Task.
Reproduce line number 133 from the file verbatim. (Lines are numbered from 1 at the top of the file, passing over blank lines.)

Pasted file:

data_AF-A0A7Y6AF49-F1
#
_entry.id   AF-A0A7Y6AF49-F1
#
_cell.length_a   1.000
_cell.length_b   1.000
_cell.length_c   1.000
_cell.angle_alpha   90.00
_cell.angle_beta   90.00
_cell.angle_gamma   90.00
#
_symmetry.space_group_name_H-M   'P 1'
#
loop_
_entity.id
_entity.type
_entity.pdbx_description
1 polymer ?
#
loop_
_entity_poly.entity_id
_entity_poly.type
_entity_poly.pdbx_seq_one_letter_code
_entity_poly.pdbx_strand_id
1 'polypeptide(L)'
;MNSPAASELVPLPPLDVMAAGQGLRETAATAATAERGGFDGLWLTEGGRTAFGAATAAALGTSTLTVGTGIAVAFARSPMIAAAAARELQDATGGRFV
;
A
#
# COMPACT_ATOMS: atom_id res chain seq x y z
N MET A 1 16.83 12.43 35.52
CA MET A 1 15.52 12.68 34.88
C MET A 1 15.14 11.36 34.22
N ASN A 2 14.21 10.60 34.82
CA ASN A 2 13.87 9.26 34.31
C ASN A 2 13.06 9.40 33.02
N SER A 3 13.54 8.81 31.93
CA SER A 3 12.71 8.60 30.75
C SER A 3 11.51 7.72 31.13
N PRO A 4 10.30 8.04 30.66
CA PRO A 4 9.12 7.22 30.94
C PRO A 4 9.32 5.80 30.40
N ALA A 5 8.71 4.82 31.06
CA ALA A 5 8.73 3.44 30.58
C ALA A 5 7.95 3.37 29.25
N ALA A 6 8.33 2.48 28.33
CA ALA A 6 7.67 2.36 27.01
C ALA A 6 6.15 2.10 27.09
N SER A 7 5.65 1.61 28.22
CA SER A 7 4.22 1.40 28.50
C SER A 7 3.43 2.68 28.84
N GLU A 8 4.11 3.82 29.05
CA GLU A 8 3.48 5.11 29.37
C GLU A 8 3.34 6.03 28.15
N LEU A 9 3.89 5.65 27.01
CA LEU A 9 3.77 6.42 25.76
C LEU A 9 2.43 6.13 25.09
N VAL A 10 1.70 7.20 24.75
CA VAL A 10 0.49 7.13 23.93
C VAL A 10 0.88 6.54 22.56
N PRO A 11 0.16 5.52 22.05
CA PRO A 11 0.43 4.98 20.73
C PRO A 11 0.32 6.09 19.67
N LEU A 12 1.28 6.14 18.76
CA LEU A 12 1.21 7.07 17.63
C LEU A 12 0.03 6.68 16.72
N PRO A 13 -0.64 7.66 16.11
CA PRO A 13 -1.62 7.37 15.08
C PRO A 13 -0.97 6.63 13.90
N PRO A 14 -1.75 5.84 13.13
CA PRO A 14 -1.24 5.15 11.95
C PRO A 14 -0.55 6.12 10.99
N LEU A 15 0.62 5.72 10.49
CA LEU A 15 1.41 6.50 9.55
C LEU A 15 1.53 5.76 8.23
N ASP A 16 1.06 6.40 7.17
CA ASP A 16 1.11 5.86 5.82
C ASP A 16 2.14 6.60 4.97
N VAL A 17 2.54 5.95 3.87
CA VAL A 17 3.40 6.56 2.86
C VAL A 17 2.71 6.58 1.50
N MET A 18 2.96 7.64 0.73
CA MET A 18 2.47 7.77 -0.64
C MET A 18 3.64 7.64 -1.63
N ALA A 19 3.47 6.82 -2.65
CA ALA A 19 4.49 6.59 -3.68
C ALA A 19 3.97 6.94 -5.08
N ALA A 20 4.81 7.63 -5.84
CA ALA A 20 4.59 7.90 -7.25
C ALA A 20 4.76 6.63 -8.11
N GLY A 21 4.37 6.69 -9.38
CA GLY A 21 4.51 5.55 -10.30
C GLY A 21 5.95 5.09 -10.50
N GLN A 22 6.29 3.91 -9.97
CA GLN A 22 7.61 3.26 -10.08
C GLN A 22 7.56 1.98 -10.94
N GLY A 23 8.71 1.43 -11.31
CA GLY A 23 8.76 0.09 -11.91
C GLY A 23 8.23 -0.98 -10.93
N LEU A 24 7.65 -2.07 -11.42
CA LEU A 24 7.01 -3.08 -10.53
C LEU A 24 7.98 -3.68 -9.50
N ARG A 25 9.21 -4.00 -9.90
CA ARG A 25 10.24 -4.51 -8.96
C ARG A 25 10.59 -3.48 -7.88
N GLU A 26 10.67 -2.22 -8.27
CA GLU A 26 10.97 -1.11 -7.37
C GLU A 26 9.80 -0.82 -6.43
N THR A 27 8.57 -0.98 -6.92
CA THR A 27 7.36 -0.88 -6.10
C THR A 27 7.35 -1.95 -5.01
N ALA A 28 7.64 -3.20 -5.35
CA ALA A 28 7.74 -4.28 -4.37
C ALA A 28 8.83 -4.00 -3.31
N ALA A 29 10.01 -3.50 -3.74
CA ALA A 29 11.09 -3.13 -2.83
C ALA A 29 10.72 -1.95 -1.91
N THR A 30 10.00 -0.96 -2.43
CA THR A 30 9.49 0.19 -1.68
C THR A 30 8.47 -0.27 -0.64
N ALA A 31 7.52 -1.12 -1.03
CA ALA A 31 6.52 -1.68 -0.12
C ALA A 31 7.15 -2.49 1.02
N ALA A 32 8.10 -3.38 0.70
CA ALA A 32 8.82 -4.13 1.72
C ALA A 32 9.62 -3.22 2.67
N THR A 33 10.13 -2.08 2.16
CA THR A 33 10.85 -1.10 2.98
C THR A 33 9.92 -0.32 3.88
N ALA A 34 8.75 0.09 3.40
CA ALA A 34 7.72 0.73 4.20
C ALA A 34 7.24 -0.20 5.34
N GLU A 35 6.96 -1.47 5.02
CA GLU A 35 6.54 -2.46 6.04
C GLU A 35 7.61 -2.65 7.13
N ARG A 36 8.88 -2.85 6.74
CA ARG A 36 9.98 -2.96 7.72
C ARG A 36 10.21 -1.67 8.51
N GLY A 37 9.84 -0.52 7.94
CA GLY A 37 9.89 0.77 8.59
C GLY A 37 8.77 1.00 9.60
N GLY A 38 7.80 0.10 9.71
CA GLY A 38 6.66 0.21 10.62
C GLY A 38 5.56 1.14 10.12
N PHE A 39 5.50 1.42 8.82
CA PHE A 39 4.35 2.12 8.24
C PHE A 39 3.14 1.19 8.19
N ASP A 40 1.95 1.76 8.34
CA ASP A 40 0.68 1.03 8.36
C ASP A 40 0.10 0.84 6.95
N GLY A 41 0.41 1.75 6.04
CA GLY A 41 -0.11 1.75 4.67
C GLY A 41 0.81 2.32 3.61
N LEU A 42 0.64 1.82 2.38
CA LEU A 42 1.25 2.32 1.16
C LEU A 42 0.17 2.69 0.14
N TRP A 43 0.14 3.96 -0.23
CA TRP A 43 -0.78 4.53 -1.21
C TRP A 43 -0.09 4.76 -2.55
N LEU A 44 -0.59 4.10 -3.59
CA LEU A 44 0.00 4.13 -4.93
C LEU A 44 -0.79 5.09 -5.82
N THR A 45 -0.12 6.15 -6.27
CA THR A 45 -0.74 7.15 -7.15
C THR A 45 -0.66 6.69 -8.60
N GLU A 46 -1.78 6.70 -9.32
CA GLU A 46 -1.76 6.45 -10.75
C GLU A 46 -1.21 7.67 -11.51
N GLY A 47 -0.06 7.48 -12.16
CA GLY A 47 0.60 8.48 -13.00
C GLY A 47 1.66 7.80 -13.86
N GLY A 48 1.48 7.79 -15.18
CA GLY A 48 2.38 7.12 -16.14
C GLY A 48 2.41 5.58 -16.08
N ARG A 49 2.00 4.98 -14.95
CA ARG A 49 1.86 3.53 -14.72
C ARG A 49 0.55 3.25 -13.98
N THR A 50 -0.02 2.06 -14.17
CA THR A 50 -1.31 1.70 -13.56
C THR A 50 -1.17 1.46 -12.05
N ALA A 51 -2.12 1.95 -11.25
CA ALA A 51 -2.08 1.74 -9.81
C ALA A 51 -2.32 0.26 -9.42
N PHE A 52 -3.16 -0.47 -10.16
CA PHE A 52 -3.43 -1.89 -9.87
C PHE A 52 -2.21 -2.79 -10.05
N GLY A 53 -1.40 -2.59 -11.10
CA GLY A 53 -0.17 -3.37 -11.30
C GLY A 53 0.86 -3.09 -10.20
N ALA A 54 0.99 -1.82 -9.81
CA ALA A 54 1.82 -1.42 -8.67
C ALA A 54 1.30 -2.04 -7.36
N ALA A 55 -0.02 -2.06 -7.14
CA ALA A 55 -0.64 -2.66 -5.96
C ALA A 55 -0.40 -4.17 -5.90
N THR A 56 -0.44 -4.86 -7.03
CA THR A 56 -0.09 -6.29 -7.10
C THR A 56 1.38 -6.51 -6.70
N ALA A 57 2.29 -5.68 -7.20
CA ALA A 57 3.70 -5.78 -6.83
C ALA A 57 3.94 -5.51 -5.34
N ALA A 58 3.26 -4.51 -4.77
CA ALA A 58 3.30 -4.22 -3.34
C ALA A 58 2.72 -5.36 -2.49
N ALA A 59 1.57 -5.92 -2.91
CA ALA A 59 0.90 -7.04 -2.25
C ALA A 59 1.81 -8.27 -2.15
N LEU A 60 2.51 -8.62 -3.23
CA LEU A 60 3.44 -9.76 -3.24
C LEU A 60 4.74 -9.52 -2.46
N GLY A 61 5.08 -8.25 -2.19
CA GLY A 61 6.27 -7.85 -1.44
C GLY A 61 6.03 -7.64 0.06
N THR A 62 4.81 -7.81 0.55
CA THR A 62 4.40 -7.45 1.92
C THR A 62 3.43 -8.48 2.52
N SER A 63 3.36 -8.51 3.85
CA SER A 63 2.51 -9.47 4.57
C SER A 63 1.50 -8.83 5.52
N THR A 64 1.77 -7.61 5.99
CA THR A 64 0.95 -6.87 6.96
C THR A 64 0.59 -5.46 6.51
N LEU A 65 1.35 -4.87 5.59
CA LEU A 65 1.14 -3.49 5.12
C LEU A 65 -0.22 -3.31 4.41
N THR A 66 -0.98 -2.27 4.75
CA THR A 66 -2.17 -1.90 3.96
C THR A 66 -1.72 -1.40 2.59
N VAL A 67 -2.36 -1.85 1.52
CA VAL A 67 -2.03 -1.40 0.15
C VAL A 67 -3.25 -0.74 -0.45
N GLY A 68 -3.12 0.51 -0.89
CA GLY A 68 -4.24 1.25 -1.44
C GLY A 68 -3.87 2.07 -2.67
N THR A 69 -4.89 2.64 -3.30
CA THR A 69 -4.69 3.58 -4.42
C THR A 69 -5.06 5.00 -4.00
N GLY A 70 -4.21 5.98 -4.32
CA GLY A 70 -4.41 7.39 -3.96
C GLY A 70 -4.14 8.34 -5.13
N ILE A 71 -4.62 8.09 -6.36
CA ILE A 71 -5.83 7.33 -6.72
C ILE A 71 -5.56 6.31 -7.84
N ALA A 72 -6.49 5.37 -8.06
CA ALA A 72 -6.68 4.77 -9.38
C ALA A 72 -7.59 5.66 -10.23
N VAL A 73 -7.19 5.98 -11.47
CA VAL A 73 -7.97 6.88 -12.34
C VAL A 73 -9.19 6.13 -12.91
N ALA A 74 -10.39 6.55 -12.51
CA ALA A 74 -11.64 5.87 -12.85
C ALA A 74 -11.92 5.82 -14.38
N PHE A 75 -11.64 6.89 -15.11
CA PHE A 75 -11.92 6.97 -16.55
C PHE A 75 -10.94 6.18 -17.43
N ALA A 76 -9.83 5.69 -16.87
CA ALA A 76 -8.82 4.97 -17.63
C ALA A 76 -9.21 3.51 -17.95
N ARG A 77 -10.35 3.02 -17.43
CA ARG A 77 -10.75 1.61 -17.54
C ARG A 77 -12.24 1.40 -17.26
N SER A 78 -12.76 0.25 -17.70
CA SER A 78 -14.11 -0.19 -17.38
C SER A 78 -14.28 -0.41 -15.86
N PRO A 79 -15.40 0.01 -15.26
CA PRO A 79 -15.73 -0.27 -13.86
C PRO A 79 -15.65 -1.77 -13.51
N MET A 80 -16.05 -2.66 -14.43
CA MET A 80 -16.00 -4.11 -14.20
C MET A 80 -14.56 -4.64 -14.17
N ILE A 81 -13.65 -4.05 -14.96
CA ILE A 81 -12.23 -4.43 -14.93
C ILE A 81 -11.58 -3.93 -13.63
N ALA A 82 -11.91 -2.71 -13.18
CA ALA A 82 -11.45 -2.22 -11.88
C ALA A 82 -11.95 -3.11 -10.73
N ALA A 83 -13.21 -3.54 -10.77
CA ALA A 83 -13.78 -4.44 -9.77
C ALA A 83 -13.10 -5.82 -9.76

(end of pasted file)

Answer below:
N GLU A 35 6.96 -1.47 5.02